Washington DC – AARP today announced the launch of Dare to Disrupt month, as the organization accelerates its efforts to #DisruptAging, which focuses on replacing negative and inaccurate stereotypes that exist about aging with a realistic and positive representation of what aging has come to mean.
“When most people who are in their 50s, 60s or 70s today compare themselves to their parents when they were their age, they see lots of contrasts,” said AARP CEO Jo Ann Jenkins, whose debut book, Disrupt Aging, was released in April. “Of course there are similarities, too, but the point is, the concept of aging – what aging ‘means’ and looks like – has changed a lot, even from what it was a generation ago.”
“However, our collective attitudes about aging haven’t changed very much -- and they’re often disconnected from reality in ways that don’t serve anyone,” Jenkins said. “Disrupt Aging seeks to help change that and our Dare to Disrupt month is a rallying cry to change the conversation around aging.”
Disrupt Aging, the Book
In her newly released national bestseller, Disrupt Aging: A Bold New Path to Living Your Best Life at Every Age Jenkins chronicles her journey, as well as those of other age disruptors, and focuses on three core areas – health, wealth, and self – highlighting the need to rethink aging policies and practices in America, shatter negative social stereotypes about age, as well as re-imagine our own lives to better navigate life transitions.
Additionally, AARP is launching an exciting new #DisruptAging sweepstakes. Users can earn entries daily by navigating an interactive platform to learn about what it means to be an age disruptor and not accept any labels that you don’t believe apply to who you are. The grand prize winner will receive a once in a lifetime trip. Trip choices include a Broadway experience in New York City, a Viking cruise, or a trip across Europe on the Orient Express.
Disrupt Aging Videos
AARP’s recently released video, “Millenials Show Us What ‘Old’ Looks Like,” has sparked a deep conversation online about age with over 15 million views to date across social media. AARP asked a group of young people what age they consider to be old (hint: 40s and 50s) and then introduced them to real “old” people. The results were incredibly moving and generated an overwhelming amount of multigenerational engagement through likes, comments and shares. Over the course of the month of May, the organization will roll out more videos featuring celebrities and age disruptors who continue to challenge these outdated ideas on aging. With longer life expectancy and technological advances opening new doors for self-growth and exploration, it’s time to stop letting people say “you’re too old for that” and time to reexamine beliefs and attitudes about getting older.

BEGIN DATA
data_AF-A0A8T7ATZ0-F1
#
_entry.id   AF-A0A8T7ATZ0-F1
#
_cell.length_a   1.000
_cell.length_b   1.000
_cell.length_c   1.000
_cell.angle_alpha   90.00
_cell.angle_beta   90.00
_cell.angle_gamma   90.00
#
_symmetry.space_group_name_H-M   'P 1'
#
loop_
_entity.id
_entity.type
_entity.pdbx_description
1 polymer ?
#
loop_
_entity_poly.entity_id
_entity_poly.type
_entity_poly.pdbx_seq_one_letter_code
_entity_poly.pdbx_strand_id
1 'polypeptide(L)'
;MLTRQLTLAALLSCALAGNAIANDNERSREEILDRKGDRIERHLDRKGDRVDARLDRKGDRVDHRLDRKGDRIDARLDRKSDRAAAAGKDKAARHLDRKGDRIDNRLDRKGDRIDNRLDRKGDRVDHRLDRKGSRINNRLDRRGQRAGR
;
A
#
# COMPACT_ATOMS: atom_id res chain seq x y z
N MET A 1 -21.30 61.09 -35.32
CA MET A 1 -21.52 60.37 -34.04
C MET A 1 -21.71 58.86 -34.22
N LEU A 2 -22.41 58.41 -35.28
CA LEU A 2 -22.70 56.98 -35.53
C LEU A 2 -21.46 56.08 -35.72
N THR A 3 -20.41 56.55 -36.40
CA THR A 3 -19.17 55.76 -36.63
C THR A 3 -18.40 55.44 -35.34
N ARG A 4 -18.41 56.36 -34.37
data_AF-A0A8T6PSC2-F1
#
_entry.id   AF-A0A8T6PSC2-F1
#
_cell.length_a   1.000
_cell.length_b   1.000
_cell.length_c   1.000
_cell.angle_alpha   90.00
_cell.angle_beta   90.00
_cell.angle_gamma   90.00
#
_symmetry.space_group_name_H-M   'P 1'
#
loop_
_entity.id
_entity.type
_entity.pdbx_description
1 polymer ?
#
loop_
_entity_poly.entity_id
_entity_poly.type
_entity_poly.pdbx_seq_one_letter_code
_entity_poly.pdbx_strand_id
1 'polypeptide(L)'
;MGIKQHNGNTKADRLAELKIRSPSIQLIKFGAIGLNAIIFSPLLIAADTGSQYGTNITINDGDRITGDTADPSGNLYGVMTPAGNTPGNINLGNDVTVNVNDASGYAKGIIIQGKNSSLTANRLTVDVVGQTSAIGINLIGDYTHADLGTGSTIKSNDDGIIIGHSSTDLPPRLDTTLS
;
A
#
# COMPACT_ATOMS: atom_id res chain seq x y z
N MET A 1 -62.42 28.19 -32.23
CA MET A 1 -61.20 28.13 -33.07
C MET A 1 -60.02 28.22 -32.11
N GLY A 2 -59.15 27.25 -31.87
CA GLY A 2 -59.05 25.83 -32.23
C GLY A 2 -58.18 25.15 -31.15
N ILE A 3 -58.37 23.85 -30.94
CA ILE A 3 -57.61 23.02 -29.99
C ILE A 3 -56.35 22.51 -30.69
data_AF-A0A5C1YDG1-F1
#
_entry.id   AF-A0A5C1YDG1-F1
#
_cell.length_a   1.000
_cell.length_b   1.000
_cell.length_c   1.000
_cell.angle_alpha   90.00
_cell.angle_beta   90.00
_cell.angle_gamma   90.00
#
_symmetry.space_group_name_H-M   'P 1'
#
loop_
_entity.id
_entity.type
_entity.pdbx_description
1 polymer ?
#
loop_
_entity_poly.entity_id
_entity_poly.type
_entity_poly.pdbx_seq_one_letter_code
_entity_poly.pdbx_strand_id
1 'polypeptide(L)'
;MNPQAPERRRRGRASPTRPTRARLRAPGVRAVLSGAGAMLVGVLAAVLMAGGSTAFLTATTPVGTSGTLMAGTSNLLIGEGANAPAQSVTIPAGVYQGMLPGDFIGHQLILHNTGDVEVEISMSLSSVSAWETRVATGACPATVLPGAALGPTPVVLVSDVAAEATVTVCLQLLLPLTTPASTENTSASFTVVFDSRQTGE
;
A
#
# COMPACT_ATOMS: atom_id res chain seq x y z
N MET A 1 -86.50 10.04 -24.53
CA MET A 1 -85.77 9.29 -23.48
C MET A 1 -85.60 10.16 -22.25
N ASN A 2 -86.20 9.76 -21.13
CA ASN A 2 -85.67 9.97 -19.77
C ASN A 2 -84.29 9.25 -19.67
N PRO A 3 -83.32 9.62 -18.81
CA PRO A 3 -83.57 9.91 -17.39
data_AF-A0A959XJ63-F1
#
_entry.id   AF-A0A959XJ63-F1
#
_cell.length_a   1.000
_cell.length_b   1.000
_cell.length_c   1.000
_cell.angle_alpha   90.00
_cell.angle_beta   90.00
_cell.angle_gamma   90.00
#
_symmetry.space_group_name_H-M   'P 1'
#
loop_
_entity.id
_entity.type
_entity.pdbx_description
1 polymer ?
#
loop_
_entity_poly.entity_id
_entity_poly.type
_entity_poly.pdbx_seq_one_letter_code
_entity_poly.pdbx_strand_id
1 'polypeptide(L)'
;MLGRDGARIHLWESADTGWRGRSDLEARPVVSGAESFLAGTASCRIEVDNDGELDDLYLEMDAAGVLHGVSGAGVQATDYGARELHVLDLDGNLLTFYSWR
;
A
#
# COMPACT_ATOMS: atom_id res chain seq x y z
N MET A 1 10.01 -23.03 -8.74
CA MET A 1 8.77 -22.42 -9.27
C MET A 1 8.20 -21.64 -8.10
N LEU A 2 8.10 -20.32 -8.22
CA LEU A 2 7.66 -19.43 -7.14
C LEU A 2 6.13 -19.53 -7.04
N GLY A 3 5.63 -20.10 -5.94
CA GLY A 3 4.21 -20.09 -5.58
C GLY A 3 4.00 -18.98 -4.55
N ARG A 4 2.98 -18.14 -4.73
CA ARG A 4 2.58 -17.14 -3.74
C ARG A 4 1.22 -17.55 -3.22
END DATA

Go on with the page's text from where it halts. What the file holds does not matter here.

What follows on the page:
‘Dare to Disrupt’ Month is about celebrating people who are 50 and older and showcase how they are living their lives in a positive way. As more people are living longer and healthier lives, we are discovering that age offers new opportunities for growth and development – new chances to pursue happiness and dreams and more time to live the good life. We encourage people to share their stories using the #DisruptAging hashtag.
For more information about #DisruptAging please visit DisruptAging.aarp.
AARP is a nonprofit, nonpartisan organization, with a membership of nearly 38 million that helps people turn their goals and dreams into 'Real Possibilities' by changing the way America defines aging. With staffed offices in all 50 states, the District of Columbia, Puerto Rico, and the U.S. Virgin Islands, AARP works to strengthen communities and promote the issues that matter most to families such as healthcare security, financial security and personal fulfillment. AARP also advocates for individuals in the marketplace by selecting products and services of high quality and value to carry the AARP name. As a trusted source for news and information, AARP produces the world’s largest circulation magazine, AARP The Magazine and AARP Bulletin. AARP does not endorse candidates for public office or make contributions to political campaigns or candidates. To learn more, visit www.aarp.org or follow @aarp and our CEO @JoAnn_Jenkins on Twitter.
AARP Media Relations, 202-434-2560, email@example.com, @AARPMedia
Quinn Daly, Coburn Communications, 323-800-1925, Quinn.Daly@coburnww.com